Electric shock drowning: what is it and how to prevent it

Electric shock drowning is relatively new given the rise of power-driven docks in recent decades but its consequences can be severe; it’s important to consider safety when around water and electricity.
Boats in a marinaElectric shock could happen when electric current leaks into the surrounding body of water, causing the water to become energized.

With more electric tools and equipment used near water, many situations call for added vigilance whether you’re a powerboat owner inspecting a part,  climbing out of the water using a metal ladder, or having an extension cord on dock to charge a boat’s battery. Even a low level of electric current in the water can be extremely hazardous or fatal to a swimmer.
Here are some safety tips:
  • If you are the owner of a structure using electricity around the water (e.g. boat, backyard pool, hot tub, dock), check to ensure ground fault interrupters are functioning properly before each swimming event.
  • The metal frame of docks should be bonded to connect all metal parts to the alternating current (AC) safety ground at the power source. That will ensure any part of the metal dock that becomes energized because of electrical malfunction will trip the circuit breaker.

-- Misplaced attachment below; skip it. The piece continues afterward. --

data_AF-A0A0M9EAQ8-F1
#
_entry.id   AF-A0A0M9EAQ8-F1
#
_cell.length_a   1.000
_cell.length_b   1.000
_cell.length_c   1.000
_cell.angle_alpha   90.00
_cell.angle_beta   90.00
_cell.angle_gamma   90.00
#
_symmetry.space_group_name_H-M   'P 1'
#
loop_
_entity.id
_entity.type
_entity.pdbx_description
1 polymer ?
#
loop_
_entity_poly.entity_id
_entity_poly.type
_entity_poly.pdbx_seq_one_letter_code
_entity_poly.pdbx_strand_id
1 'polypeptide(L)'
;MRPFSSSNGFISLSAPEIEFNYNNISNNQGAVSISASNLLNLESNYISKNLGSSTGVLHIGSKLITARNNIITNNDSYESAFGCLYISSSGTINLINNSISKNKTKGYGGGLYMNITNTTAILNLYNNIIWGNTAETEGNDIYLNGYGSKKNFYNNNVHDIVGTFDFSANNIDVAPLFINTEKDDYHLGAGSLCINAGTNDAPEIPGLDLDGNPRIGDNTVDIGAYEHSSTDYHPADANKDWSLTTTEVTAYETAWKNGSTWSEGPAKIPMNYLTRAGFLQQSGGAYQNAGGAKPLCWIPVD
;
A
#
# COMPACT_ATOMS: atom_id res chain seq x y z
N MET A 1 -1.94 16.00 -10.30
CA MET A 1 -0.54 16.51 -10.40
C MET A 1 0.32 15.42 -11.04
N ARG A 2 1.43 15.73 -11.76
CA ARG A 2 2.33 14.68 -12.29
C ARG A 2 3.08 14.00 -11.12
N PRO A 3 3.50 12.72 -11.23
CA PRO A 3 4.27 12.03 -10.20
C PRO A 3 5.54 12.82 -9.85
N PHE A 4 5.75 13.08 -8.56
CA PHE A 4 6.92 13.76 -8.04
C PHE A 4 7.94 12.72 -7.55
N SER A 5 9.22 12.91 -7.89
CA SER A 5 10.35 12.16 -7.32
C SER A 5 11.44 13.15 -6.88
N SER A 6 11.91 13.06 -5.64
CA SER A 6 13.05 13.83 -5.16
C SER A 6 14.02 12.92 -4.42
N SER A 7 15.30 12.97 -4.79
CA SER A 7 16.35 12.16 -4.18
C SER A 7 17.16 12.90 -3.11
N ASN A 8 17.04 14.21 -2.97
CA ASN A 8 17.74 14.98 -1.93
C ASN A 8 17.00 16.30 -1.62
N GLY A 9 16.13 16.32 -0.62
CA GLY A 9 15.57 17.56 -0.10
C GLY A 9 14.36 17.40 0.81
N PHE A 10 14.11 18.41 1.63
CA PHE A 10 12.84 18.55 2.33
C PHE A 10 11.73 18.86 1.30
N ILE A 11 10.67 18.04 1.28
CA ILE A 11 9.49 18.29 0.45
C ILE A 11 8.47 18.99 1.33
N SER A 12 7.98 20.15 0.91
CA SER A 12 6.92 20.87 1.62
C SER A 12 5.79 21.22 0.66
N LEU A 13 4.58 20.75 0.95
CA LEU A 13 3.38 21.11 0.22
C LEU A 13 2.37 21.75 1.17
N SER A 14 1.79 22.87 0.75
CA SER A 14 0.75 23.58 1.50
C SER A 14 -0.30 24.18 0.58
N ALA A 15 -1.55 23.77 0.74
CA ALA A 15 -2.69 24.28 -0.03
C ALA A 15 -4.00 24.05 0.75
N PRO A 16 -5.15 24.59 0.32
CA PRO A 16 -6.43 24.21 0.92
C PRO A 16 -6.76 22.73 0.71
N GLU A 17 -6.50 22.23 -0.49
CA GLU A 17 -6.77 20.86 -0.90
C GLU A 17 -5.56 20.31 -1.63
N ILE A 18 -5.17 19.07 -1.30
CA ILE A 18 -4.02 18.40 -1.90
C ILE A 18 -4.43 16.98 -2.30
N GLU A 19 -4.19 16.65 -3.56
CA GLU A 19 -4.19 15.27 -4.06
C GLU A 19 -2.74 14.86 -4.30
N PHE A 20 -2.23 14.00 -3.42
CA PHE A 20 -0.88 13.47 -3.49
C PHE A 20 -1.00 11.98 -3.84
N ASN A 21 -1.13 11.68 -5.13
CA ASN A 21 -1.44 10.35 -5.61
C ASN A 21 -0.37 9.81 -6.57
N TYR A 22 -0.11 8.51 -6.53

• Maintenance of the electrical system should be done by a Licensed Electrical Contractor familiar with marine electrical codes.
  • Consider a “No Swimming” policy near your dock or marina that has electricity.  Post “NO SWIMMING, Warning Electric Shock Hazard” signs warning about the potential for electric current in the water.
  • Use a plastic ladder, rather than a metal one, to help avoid transferring electricity into water.
  • When swimming near any structure on water with live electricity flowing to it, such as marinas, yacht clubs or docks, be sure to check and obey posted signs, as they usually are placed due to fuel and electricity.
In severe weather conditions:
  • During lightning and thunderstorms, clear everyone from the water at the first sound of thunder or first sight of lightning.
  • Move indoors, large buildings are safer than smaller or open structures, such as picnic shelters or gazebos. Try to avoid showers or change rooms, as water and metal can conduct electricity; avoid windows and metal objects. 
  • Keep monitoring the weather reports.
Read more water and boating safety tips and resources, and find a swimming or first aid course near you.

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